End of the year? Time for end-of-year lists! It’s time to round up favorites and put the spotlight on the songs that made the biggest impacts in our worlds for the sole purpose of filling space. I mean honoring them.
Having so much great music here in our fair city, it would be criminal not to devote this piece to the artists that live right beside us. The ones who are producing gut-wrenching songs and blasting fist-pumping power anthems, but can also get caught rocking some ’70s ABA shorts while shopping at Dirty Kroger. (I’m talking to you, Will Oldham.) So without further ado — and this is by no means a comprehensive list — here are some of the Louisville musicians that really made me take notice in 2014.
Let’s start with The Pass, who figured out how to fill a year with new music. The electropop outfit spent the first few months releasing a new 7-inch single every month and are rounding out the year with an EP comprised of completely different tunes. I love that they’re still messing around with their sound, too. The new songs, while still within the same sandbox, have a different kind of explosive quality to them than say, “Alone Again,” which for me is one of the best songs to come out of this city in the past five years.
Speaking of artists who never seem to quit, Jonathan Glen Wood continued his nonstop creation machine. With Old Baby between records, Wood released a solo album that should sit atop any Americana fan’s list, and he’s been supporting it with a tour alongside Catherine Erwin, which is really a dream bill.
If singer-songwriter is your thing, Kyle James Hauser’s “You a Thousand Times” and Alex Wright’s “Starlight Navigator” are a must for your mix. Wright not only walked away with a Louisville Music Award, but his live show is not to be missed. He never wastes the opportunity, much of the time having upwards of eight to 10 folks backing him up. It’s a big sound, and the music will creep into your head.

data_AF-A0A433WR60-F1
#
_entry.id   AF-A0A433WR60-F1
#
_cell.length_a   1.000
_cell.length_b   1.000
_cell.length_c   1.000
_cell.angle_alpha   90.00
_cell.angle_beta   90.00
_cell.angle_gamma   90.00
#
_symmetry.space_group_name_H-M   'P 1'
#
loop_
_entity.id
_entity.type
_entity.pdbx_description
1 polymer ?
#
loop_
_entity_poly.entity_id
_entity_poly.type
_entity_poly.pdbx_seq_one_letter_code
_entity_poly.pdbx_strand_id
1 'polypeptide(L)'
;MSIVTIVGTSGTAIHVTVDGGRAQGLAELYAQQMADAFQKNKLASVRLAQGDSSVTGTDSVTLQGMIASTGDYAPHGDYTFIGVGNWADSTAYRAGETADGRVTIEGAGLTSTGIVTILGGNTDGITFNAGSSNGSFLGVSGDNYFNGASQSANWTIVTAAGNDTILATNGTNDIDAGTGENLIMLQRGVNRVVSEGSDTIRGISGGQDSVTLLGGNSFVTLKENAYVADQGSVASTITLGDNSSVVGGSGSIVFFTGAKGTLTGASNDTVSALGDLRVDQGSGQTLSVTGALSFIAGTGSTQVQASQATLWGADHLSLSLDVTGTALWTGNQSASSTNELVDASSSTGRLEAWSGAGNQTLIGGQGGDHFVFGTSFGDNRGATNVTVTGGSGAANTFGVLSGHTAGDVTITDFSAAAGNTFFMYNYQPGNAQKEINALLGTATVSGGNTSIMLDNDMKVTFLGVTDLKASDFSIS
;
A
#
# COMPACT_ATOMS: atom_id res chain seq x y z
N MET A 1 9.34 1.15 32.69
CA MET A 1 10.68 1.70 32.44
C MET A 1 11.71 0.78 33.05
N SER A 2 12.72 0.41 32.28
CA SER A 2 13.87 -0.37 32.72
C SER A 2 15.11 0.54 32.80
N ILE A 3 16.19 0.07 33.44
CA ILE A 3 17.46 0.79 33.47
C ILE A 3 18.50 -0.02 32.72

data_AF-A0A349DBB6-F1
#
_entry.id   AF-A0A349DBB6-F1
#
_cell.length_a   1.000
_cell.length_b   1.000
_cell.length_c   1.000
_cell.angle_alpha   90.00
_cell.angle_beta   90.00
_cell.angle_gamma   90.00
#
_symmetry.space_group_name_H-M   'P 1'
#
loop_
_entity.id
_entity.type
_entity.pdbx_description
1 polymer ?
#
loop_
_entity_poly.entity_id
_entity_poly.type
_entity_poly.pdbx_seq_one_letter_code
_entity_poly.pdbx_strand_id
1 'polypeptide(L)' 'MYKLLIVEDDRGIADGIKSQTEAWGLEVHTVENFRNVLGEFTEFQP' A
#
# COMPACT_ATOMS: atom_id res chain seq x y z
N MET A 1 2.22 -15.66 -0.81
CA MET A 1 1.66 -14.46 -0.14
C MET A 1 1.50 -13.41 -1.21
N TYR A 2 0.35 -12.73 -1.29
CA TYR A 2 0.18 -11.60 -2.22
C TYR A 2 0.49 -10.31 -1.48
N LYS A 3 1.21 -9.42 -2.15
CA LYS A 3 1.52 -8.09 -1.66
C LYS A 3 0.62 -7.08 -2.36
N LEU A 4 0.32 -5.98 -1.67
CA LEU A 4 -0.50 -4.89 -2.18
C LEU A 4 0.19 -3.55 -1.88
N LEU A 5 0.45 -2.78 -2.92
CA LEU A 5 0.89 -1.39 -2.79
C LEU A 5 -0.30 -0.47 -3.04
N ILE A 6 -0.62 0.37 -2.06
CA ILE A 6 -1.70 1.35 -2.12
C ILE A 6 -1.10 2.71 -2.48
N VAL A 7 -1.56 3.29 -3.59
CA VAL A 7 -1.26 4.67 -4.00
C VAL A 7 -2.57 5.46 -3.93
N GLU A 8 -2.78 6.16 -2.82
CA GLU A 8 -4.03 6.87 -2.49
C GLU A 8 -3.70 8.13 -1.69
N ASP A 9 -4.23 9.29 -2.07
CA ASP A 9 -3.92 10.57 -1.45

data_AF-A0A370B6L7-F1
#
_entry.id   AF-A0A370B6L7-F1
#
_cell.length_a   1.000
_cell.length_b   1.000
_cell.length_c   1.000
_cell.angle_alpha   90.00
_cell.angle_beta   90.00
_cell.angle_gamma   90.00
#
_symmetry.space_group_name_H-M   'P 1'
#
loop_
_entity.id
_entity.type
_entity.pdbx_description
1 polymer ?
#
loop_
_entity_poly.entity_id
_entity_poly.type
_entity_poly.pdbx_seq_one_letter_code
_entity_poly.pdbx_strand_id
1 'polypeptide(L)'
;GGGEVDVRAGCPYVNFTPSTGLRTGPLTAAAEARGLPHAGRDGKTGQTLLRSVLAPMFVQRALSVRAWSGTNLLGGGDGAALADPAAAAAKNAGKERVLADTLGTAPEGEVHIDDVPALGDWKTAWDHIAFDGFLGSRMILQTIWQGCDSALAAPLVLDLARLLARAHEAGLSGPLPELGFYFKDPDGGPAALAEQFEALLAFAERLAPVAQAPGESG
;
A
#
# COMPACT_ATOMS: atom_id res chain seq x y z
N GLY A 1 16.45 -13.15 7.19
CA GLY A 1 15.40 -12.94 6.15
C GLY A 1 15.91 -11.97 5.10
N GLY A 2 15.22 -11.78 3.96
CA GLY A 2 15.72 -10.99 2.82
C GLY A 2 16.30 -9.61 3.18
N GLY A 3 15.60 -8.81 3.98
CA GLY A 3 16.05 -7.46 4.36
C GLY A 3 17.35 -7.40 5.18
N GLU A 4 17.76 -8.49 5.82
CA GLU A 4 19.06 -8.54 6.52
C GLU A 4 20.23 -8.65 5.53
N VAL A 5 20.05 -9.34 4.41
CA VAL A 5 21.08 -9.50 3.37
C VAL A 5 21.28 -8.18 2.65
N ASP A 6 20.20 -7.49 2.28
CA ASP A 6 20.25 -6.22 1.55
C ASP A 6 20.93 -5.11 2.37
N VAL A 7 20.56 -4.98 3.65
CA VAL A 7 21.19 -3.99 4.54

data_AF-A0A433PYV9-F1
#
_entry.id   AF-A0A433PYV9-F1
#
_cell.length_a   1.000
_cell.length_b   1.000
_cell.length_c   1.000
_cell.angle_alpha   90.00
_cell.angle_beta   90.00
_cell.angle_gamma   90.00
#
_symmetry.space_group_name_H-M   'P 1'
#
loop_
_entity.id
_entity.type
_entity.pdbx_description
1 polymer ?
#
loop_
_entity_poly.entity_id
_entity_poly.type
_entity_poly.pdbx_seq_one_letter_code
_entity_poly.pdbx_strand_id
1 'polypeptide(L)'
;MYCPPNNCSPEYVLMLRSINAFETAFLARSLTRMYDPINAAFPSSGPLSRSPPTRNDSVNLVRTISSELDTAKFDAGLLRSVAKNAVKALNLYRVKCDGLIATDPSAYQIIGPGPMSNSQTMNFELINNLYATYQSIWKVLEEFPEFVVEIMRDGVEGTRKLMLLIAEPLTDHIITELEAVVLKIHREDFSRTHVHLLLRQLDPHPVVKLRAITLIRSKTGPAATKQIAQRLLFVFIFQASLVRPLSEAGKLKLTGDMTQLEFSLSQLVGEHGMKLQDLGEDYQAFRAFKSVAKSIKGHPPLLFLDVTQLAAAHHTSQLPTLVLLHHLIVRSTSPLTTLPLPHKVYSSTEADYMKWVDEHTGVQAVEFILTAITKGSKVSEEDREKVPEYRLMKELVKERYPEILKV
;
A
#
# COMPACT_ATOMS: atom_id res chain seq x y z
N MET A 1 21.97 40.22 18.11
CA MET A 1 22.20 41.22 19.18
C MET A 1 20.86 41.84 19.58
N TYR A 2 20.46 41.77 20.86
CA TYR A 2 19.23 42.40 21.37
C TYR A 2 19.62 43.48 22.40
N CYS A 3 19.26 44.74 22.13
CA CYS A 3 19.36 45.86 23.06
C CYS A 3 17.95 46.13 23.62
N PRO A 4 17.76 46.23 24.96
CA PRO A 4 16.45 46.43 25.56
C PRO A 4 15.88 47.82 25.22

Dawn Landes still counts as local, right? She may move around these days, but we’ll always claim her. “Try to Make a Fire Burn Again” stops me in my tracks every time. Knowing it was her “divorce” record only adds to the weight. But honestly, it’s so, so good — without or without the context. Add D.W. Box’s “Tall Blonde Girls” into a similar space. It’s a shame that one hasn’t had more attention. And why isn’t Plastic Bubble’s “Sol Invictus” on every TV show and commercial?
By now, Scott Carney is putting his efforts more into his Heavy Friends solo dealie, so thank goodness we finally got “The Astronaut” beforehand. The Wax Fang space opera was long promised and even longer in the making, and it was worth every minute. Grab the vinyl version and try to find one of those egg chairs with the built-in speakers for the complete Kubrick experience.
My top accolades go to The Deloreans and House Ghost. The former released only a single this year, “As Long As It’s You,” but a helluva single it was. For the latter, you’d be hard pressed to find a more perfect pop song than “Cactus Killer,” and their wordplay within “Move” is only one example of their super-smart lyrical attack. I want these bands to be famous. Very famous.
As for artists well on their way to their own fame, Joan Shelley’s “Electric Ursa” has been getting prime attention on both sides of the pond. Her hushed songwriting is a powerhouse all unto its own. And that voice! I have a feeling that we’ll be writing about her music for decades to come.
I’ve probably worn out my Julie of the Wolves record. Full-on rock that carries a healthy dose of punk. Play it loud. Then play it again. And then play White Reaper’s debut EP right after. “Cool” won song of the year for good reason.
On the way? 2015 promises a Houndmouth LP, a new one from Daniel Martin Moore, new music from Andrew Rinehart, Scott Carney’s solo album, and not one but two My Morning Jacket records. And probably another handful of singles from Bonnie “Prince” Billy. Excited? You should be.
Kyle Meredith is the music director of WFPK and host of the nationally syndicated “The Weekly Feed.” Hunting bears was never his strong point.